Social Media: More than Just Fun

Monday, March 29th, 2010

Several times over the last couple months I’ve commented here about the power of social media to bring people together around campaigns – raising awareness for Rare Disease Day, help for Haiti after the Jan. 12 earthquake, saving a favorite television show with #Heroes100. It’s a fun, easy, almost magical way to take action on the causes that matter most to you. In a few short seconds you can reach out to thousands of individuals – something that even ten years ago was almost unthinkable.

But what happens when that cause is your very survival? What happens when social media is something more than just fun — a means for isolated individuals to reach out to the world beyond their sickbed, wheelchair or hospital room?

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Systematic Failure: Wal-Mart gets it right?!? Whodda thunk?!?

Monday, March 22nd, 2010

 With a black man holding the highest office in the land you would think America is past the race-bashing hate-mongering crap that has crippled us from within for the last 200 years or so. Sadly two recent very public events provide more evidence than I really wanted of the cancer that continues to infect our society.

This past weekend protesters associated with the “Tea Party” camped out in front of the U.S. Congress to express their dismay with proposed health care reform – exercising a constitutional right to activism and turning it into a sad public display of small-minded foolishness.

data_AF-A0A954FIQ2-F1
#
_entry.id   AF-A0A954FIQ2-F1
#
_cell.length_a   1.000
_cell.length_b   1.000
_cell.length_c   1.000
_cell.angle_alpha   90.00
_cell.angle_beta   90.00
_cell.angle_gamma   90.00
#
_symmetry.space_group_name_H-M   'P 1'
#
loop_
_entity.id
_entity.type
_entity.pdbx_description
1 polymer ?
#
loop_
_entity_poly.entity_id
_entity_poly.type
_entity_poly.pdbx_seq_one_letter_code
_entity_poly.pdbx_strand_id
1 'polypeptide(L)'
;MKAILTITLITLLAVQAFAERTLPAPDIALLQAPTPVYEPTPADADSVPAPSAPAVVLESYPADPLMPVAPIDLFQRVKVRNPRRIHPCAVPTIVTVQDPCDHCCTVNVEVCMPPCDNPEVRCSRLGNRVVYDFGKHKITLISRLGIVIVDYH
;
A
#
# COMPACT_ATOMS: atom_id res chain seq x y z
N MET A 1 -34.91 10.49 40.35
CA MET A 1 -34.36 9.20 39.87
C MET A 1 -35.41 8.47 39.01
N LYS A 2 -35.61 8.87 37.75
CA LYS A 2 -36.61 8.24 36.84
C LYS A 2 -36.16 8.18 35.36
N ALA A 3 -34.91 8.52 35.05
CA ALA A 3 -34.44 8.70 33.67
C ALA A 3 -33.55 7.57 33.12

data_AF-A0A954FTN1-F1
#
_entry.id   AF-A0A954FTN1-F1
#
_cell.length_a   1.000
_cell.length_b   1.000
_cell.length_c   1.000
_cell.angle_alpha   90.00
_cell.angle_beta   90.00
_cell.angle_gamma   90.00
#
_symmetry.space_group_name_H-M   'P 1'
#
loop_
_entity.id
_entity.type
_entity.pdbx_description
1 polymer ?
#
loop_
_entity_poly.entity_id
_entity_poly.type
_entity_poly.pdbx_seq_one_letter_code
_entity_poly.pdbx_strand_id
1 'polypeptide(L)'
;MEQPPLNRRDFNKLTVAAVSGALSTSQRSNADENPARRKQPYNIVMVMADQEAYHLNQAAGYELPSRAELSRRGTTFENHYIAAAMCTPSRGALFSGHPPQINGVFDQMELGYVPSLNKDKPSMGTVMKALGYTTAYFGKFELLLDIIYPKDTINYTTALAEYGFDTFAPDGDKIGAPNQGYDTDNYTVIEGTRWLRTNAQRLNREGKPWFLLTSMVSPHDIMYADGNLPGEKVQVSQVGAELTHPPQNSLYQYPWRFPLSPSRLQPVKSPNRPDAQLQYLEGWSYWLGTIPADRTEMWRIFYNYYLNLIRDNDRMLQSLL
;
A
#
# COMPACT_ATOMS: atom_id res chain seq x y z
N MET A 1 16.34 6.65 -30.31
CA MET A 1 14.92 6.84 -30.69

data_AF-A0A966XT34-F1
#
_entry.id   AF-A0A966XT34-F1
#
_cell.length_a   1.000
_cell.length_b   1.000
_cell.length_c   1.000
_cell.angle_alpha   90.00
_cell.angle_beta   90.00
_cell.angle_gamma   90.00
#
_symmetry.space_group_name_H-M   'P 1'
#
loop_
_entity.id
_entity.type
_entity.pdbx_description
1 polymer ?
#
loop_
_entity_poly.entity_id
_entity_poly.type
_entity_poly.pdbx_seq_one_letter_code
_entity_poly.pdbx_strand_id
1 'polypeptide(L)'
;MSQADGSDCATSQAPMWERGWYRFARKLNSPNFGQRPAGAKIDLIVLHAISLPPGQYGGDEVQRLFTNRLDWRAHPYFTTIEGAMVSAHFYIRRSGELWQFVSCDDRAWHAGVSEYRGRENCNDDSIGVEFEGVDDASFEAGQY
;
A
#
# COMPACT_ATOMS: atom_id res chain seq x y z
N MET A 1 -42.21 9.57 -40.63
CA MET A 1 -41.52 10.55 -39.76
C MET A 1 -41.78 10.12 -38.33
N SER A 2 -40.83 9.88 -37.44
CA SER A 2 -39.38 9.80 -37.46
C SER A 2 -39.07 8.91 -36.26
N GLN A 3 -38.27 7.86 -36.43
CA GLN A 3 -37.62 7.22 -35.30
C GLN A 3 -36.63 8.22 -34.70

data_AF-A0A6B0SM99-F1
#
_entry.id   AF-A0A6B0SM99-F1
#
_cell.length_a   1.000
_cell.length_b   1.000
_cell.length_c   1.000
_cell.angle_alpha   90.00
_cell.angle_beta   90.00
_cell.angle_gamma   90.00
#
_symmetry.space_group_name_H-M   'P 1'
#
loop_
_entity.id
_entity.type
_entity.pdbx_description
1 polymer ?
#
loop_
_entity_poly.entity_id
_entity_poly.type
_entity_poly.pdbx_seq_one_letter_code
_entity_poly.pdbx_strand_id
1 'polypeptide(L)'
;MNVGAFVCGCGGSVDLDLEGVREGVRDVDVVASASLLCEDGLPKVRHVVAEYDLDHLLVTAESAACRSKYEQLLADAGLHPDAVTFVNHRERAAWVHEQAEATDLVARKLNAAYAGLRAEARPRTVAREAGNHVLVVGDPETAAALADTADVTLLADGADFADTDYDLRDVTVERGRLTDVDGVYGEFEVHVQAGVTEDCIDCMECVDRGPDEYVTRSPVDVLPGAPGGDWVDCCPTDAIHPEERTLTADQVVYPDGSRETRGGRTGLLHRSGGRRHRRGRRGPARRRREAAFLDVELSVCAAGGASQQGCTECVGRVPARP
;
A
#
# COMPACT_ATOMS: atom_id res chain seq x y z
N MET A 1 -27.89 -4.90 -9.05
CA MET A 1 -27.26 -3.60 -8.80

They spat at Congressmen. They hurled racial-slurs at the gay and black communities.

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New Media: The good, the bad, and the downright ugly

Sunday, January 24th, 2010

Over the span of the last two weeks we have witnessed both the power and the folly of new media.

The blogosphere, twitterverse and other online forums proved to be effective rapid-reaction communications tools when a massive earthquake devastated Haiti on Jan. 12. Outside Haiti, the Internet exploded with posts and tweets providing donation information, suggestions to help people search for loved ones and heartfelt entreaties to lend a helping hand. From inside Haiti survivors tweeted eyewitness accounts and offered to help locate loved ones, uploaded information to MySpace, YouTube and Facebook.

Did all this online activity dig people out from under collapsed buildings? Did it put bandages on bleeding wounds? No, of course not.

But it did provide an almost immediate platform for people to come together, share information and reach out with compassion and do what they could to help Haiti.

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Changing Reality: Social Networks Power Up Change

Thursday, January 7th, 2010

When electoral authorities declared Iran’s incumbent Mahmoud Ahmedinejad winner of June 2009 presidential elections the power of technology and social networks became front page news around the world. Six months later the power of these new tools to influence the hearts and minds of users around the world is definitively a mainstream concept – and is attracting attention from policymakers.

 Iran’s opposition politicians and their supporters rallied to oppose the controversial election, using Twitter networks to inform people in and outside Iran of demonstration plans. As authorities blocked an increasing number of websites and prevented most journalists from reporting out of Tehran, protestors and their online supporters set up proxies to help those inside Iran continue using Twitter, Facebook, YouTube and other social networking sites to sidestep official censorship.